Nursing Group Executive, Journalist Offer Opinions on Nursing Shortages
"A major battle is unfolding" in California over the state's "historic law" that will establish minimum nurse-to-patient staffing ratios, California Nurses Association Executive Director Rose Ann DeMoro writes in a San Francisco Chronicle opinion piece. She points out that at the request of Gov. Gray Davis (D), state lawmakers "pushed back" the effective date of the law to Jan. 1, 2002. In addition, California's "powerful" hospital industry has asked the state to set "weak ratios that would further exacerbate the current crisis," and HMO giant Kaiser Permanente hopes to delay implementation by up to five years -- moves that DeMoro predicts "would be disastrous." She warns that California has suffered an "erosion of care standards and a hemorrhaging of nurses away from the hospital bedside," but adds, "There is a solution: Establish strong ratios, and the nurses will come back." According to DeMoro, a "turnaround to restore our patient safety net and bring RNs back to the hospital bedside can be achieved here -- if strong ratios are adopted by the state without crippling delays" (DeMoro, San Francisco Chronicle, 8/16).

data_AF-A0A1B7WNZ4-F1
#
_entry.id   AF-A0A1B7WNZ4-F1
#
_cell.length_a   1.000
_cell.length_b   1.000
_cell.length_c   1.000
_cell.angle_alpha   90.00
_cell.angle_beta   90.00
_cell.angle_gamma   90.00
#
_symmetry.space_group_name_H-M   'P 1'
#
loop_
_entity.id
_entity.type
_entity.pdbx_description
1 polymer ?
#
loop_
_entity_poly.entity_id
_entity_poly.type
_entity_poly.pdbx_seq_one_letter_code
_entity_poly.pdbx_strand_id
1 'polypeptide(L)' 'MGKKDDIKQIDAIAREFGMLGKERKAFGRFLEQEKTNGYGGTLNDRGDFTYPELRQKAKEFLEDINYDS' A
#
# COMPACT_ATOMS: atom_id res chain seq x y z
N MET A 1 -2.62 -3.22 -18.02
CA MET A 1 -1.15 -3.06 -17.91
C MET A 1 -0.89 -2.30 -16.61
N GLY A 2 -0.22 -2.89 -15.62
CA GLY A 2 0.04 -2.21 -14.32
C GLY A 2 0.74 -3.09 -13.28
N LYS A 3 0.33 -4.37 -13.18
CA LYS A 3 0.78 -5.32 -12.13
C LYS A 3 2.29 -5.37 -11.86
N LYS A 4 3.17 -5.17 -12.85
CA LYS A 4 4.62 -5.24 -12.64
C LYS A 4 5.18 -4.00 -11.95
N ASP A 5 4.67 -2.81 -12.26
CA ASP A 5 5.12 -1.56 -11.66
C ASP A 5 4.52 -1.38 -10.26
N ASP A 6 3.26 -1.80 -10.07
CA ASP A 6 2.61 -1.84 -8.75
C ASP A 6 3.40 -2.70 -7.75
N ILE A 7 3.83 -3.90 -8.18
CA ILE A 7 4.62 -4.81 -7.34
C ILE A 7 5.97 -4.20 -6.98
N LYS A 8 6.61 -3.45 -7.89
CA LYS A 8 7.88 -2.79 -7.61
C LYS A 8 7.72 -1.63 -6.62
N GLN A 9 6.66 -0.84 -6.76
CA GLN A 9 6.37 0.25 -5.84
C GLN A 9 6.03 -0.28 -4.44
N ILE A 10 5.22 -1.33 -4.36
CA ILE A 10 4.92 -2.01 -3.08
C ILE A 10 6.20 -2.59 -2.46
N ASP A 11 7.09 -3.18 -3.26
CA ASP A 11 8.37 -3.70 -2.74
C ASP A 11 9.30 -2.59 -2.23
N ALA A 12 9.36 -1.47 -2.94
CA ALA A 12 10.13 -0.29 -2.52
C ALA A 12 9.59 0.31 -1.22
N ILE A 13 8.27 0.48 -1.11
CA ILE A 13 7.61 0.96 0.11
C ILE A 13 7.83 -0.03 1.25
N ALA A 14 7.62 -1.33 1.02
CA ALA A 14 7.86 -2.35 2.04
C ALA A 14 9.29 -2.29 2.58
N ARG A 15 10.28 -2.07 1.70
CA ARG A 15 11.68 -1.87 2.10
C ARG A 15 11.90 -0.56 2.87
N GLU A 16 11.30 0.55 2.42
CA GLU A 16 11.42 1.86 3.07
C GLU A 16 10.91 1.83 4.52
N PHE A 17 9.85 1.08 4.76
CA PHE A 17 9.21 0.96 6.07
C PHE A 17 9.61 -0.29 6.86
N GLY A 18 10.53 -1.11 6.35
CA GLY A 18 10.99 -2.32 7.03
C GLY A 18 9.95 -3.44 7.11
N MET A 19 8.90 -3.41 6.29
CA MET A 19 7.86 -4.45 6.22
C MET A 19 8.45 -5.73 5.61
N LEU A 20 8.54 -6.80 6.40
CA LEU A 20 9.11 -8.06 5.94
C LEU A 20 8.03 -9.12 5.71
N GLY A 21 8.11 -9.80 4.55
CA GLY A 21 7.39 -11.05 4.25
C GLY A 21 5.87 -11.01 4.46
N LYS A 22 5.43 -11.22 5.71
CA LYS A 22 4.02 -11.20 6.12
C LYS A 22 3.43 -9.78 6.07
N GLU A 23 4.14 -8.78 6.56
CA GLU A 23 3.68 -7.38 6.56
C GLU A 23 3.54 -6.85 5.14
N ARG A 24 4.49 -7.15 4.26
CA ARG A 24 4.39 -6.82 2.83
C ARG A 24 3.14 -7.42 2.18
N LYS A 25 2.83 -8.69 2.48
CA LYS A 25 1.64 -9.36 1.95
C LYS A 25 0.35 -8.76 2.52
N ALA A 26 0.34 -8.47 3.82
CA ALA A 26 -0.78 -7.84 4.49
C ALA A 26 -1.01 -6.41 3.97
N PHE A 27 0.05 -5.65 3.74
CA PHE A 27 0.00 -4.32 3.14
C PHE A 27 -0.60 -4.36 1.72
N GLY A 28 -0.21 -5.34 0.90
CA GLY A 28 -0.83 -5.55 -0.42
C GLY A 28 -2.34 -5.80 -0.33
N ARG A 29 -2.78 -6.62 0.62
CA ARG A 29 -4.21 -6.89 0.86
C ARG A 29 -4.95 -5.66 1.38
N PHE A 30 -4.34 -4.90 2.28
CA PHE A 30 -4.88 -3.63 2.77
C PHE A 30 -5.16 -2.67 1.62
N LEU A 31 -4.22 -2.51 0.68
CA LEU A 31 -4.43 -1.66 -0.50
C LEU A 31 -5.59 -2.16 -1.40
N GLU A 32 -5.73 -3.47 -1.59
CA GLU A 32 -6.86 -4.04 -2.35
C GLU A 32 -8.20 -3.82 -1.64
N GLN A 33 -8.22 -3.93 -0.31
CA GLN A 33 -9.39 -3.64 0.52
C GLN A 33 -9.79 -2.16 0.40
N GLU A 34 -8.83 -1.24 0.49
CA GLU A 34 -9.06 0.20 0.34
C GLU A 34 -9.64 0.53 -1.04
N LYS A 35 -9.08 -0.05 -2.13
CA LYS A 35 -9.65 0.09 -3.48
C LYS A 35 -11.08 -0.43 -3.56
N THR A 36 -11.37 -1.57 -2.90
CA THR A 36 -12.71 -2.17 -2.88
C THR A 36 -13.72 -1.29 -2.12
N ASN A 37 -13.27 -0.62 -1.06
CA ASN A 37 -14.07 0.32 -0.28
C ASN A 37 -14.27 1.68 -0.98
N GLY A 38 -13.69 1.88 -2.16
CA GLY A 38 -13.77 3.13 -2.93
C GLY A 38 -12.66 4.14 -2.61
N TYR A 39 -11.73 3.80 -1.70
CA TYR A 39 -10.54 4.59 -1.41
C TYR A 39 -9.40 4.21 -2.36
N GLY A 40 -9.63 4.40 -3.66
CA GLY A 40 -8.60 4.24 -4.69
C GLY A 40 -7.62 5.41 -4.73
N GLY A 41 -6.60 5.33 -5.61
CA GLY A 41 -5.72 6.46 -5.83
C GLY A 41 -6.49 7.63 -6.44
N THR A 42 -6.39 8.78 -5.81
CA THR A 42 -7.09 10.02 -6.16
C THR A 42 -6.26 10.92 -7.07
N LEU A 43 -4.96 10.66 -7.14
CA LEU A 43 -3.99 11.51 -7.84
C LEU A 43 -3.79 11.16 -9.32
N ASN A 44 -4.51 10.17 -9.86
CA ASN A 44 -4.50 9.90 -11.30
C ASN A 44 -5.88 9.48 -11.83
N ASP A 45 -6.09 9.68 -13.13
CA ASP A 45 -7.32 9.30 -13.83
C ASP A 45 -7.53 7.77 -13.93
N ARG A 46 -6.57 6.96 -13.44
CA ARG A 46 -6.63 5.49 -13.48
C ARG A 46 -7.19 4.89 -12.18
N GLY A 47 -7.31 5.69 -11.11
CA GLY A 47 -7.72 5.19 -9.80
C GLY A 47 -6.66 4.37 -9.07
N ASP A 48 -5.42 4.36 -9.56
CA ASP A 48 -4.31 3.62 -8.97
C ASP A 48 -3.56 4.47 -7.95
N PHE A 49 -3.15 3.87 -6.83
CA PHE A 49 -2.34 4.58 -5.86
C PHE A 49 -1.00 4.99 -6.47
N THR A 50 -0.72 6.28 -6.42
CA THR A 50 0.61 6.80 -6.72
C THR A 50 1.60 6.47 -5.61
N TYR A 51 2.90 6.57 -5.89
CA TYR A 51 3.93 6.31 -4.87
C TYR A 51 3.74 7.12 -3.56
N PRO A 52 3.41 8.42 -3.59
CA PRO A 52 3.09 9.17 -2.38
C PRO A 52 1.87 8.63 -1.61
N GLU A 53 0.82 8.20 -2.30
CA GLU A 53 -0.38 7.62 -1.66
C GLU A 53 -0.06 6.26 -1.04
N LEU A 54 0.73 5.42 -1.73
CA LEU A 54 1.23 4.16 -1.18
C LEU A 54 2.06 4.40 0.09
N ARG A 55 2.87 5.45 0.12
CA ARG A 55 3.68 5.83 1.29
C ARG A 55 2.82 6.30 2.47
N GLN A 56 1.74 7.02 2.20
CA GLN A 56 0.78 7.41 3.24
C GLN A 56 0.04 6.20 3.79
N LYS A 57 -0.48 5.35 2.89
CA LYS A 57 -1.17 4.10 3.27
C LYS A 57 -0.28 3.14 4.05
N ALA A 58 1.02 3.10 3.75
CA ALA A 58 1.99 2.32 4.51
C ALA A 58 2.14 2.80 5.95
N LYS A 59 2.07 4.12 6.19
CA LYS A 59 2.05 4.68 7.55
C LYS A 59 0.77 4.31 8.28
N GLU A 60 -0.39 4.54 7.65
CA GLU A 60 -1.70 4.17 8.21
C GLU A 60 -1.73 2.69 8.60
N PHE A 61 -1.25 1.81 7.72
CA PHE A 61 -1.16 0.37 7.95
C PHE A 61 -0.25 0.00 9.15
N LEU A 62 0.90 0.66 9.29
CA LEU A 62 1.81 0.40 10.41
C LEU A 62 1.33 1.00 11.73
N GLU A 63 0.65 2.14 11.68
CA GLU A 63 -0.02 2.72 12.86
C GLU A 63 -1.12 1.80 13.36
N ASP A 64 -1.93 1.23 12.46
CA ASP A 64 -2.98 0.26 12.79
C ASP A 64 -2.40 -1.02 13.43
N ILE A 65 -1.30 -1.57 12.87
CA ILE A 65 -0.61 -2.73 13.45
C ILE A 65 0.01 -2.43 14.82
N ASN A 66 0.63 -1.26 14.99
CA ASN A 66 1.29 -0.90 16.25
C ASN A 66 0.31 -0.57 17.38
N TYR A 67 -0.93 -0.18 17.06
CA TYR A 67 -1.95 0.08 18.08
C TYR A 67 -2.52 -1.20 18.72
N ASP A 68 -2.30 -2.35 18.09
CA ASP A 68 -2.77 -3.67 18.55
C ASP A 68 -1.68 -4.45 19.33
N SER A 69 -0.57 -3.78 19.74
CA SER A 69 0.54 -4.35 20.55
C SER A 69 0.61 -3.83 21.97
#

Meanwhile, Suzanne Gordon, a health care journalist and author of "Life Support: Three Nurses on the Front Lines," writes in a Los Angeles Times/San Francisco Chronicle opinion piece that although the United States faces a "serious" nursing shortage -- with nurses "fed up with mounting workloads, mandatory overtime and pay levels" -- lawmakers' proposals to address the problem "will do little to remedy the underlying causes" of the nursing shortage. According to Gordon, lawmakers "define" the nursing shortage as a "problem that can be solved through education and public relations." She points out that without "substantive changes in working conditions," only "luring more people into the profession will aggravate, not alleviate, the situation and encourage the 'management by churn' that has reduced customer service quality" in other industries. Lawmakers must offer legislation that includes a ban on mandatory overtime and "steps in favor of safe staffing ratios" to "make nursing a stable, rewarding, long-term career," Gordon writes. She concludes, "The rule should be that neither hospitals nor their industry association get any money for training, education or recruitment unless that money is tied to changes in the conditions that created the nursing shortage and that continue to threaten vulnerable patients every day" (Gordon, Los Angeles Times/San Francisco Chronicle, 8/16).This is part of the California Healthline Daily Edition, a summary of health policy coverage from major news organizations. Sign up for an email subscription.